Website Security: Not all SSL Certificates are Created Equal
For years, people have trusted the SSL certificate green lock on their Google, Firefox, Internet Explorer, edge browser for safety and security.
I hate to break it to you, but SSL certificates are broke.
The Story of Symantec Security Certificates
In the early 90s, a famous company called Symantec was handing out security certificates like free samples of Tide in the mail. Everyone got one, nobody was rejected, and it became an absolute joke. Well, the joke is on Symantec. Google, Apple, and other major manufacturers of Internet search engines, browsers, and Internet access devices are now invalidating Symantec certificates in a broad swath in order to prevent security risks and clean up the Internet.
How to Get Solid and Secure SSL Certificate
Getting the right SSL certificate is easy if you understand why you need them and how to set them up properly. An SSL certificate is a small data file that creates a secure connection between a browser (the user) and the website using a unique cryptographic key. They are the new norm when it comes to securing ANY data between users and the website, and if you don’t have one, it can hurt you.
Avoiding “Open” SSL Certificates
In the world of security, free is often the worst option. For example, there’s Let’s Encrypt, an SSL service that gives a very broad and open certificate. We don’t support these, and we don’t recommend them.
Avoiding a Single Point of Failure SSL
But we do recommend is purchasing a certificate for each service and product that needs to reach the Internet. While there are some people who balk at the fact that they can purchase a wide domain certificate for any SSL subdomains, we don’t recommend that being that one device can compromise all of the other devices when a certificate is compromised.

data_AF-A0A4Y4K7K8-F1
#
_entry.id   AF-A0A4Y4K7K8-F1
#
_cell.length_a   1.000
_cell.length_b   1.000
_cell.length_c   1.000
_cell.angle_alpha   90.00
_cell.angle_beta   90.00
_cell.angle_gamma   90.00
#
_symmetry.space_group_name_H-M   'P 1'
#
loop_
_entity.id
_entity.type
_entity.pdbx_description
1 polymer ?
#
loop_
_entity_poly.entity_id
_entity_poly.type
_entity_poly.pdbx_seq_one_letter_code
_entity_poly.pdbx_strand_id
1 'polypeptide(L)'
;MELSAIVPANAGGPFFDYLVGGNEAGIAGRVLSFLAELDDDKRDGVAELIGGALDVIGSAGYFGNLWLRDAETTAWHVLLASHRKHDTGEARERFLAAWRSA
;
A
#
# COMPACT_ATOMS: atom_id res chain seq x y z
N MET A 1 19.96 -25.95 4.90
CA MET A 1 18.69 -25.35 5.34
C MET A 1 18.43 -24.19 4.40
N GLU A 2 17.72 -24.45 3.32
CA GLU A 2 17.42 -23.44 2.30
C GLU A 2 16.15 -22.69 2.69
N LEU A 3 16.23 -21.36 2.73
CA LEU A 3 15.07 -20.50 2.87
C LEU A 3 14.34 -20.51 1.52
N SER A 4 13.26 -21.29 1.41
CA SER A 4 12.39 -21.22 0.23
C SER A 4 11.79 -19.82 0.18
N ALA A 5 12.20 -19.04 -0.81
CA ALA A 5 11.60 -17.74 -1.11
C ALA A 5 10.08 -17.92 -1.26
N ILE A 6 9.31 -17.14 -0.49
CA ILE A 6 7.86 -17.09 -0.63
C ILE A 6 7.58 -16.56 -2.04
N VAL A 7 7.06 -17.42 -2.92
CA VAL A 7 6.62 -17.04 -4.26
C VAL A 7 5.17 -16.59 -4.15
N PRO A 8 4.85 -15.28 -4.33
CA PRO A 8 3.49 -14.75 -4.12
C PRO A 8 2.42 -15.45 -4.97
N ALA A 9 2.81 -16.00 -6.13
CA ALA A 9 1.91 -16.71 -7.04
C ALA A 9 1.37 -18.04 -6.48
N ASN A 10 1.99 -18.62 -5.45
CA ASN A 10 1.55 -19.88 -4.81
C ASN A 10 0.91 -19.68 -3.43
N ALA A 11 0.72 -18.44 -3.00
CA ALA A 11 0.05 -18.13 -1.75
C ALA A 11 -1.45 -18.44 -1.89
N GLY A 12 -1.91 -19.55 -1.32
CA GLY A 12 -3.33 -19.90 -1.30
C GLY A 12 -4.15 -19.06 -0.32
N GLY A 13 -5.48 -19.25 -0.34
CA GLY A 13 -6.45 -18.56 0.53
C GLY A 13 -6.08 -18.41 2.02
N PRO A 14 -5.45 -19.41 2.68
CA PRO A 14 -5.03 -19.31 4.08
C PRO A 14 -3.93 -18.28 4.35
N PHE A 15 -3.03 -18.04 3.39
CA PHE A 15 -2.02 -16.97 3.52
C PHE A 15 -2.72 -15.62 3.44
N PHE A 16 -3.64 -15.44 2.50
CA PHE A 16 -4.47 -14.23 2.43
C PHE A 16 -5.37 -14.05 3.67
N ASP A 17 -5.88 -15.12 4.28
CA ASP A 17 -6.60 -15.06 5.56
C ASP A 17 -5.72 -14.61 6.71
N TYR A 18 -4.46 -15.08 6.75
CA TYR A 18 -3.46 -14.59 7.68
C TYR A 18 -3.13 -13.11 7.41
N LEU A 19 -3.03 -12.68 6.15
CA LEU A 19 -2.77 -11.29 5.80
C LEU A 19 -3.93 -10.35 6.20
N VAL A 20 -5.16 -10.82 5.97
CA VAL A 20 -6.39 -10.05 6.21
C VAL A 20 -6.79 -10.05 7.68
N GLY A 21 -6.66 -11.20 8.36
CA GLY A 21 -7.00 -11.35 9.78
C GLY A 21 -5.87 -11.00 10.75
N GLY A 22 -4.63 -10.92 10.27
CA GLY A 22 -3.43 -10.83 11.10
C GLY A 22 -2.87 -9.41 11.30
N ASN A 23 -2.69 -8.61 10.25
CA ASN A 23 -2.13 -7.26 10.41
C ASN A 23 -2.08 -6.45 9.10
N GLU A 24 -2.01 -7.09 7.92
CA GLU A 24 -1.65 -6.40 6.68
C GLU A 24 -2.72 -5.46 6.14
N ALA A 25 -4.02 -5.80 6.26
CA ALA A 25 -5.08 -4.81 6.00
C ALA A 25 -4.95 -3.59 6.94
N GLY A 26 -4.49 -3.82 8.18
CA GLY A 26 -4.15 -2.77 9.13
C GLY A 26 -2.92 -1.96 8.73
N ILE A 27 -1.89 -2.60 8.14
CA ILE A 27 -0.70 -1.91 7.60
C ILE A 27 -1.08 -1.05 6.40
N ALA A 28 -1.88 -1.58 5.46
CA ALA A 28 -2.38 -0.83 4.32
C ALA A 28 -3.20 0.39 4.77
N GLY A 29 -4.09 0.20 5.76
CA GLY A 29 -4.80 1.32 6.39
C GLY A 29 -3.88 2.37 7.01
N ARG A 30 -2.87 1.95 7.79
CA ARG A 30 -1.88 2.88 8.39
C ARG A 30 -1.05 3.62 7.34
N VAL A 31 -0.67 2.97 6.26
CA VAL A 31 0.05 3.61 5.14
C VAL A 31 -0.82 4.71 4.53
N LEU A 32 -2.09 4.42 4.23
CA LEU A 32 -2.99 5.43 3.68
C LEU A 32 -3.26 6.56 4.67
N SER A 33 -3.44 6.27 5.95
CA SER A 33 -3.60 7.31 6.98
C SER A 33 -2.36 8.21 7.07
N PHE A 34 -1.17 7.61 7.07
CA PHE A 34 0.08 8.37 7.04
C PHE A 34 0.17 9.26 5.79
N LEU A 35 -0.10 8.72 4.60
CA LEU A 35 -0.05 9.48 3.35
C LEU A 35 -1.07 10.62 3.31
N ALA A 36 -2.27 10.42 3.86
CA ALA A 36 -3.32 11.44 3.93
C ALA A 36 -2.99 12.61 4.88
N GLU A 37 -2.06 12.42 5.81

Having the Right Certificates and Monitoring Service
We recommend getting a single use or single domain certificate for each device and managing them. We have a service that monitors, maintains, and auto renews SSL certificates for a wide range of devices and services.
Understanding the Different Types of Encryption
During the creation of a certificate, you need to be aware of the type of encryption. Years ago, we stopped utilizing 1024-bit SSL certificates, but there is a lot of hardware out there still using the older certs. What do we recommend? When appropriate absolutely the highest encryption possible for the device. Sometimes 8192 bits, with the maximum encryption allowed by law and by the registrar. This allows our clients to get the biggest bang for their buck, the highest safety and security, and the least possible way of having a man-in-the-middle attack.
If your website, firewall, server is on the Internet, we extremely recommend SSL only traffic with a certified certificate running at its maximum possible encryption. Picking the right SSL certificates and monitoring them can be hard, but you’re not alone. Triton Technologies can help as a managed service provider, helping you with the software and hardware you need to succeed, and monitoring your health and security every step of the way. Contact us today to get started.